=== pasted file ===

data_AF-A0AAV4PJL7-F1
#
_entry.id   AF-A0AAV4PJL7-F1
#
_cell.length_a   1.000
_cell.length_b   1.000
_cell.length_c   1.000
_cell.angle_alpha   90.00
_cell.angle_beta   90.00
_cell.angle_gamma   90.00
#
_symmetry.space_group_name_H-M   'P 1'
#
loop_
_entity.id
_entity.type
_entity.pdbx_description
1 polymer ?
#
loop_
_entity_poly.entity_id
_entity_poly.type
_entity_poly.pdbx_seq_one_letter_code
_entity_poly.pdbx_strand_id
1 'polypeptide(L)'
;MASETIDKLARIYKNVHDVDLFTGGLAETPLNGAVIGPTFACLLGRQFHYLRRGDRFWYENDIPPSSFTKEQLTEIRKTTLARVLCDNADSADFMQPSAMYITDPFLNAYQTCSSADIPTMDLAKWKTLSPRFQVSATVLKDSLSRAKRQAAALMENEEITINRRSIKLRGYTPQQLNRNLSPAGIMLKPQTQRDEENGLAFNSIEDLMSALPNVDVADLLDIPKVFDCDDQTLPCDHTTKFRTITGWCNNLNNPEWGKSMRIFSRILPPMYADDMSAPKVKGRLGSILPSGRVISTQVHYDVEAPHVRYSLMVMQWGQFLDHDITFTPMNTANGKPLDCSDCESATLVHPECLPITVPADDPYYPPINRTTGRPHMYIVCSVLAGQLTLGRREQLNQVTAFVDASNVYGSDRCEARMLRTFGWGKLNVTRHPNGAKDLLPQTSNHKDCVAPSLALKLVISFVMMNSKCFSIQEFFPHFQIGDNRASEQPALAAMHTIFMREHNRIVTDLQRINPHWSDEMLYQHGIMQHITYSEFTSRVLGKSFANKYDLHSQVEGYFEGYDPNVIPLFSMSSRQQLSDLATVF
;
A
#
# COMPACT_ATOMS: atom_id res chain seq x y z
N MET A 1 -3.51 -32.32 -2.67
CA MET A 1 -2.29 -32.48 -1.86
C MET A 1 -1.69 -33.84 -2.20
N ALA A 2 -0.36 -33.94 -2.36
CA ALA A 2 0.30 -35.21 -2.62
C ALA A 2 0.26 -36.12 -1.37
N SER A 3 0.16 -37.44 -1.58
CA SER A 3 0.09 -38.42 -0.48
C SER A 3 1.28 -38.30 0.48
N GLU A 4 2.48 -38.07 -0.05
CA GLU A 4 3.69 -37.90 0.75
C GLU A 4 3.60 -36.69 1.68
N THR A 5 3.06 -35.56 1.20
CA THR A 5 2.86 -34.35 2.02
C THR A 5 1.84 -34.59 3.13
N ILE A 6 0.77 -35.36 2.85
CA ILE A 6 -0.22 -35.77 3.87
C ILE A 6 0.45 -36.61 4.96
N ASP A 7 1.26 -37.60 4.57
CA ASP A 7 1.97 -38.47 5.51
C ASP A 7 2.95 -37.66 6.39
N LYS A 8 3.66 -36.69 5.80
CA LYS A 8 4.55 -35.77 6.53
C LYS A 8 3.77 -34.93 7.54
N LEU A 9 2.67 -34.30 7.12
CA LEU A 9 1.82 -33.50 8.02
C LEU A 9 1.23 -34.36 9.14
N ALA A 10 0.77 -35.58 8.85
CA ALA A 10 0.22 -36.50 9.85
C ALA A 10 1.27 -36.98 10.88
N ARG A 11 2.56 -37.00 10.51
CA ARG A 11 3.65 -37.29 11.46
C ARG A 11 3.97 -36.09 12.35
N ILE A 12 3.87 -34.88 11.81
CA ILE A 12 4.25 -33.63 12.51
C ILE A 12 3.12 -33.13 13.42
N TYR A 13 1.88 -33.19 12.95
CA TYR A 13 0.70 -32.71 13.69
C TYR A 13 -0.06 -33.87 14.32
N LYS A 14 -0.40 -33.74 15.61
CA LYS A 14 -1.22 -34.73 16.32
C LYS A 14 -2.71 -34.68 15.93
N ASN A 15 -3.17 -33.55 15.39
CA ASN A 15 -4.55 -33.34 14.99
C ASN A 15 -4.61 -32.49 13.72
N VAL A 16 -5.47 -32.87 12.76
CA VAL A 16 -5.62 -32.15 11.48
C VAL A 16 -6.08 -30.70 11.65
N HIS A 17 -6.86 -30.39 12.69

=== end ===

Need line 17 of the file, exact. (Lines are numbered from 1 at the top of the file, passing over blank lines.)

_entity.pdbx_description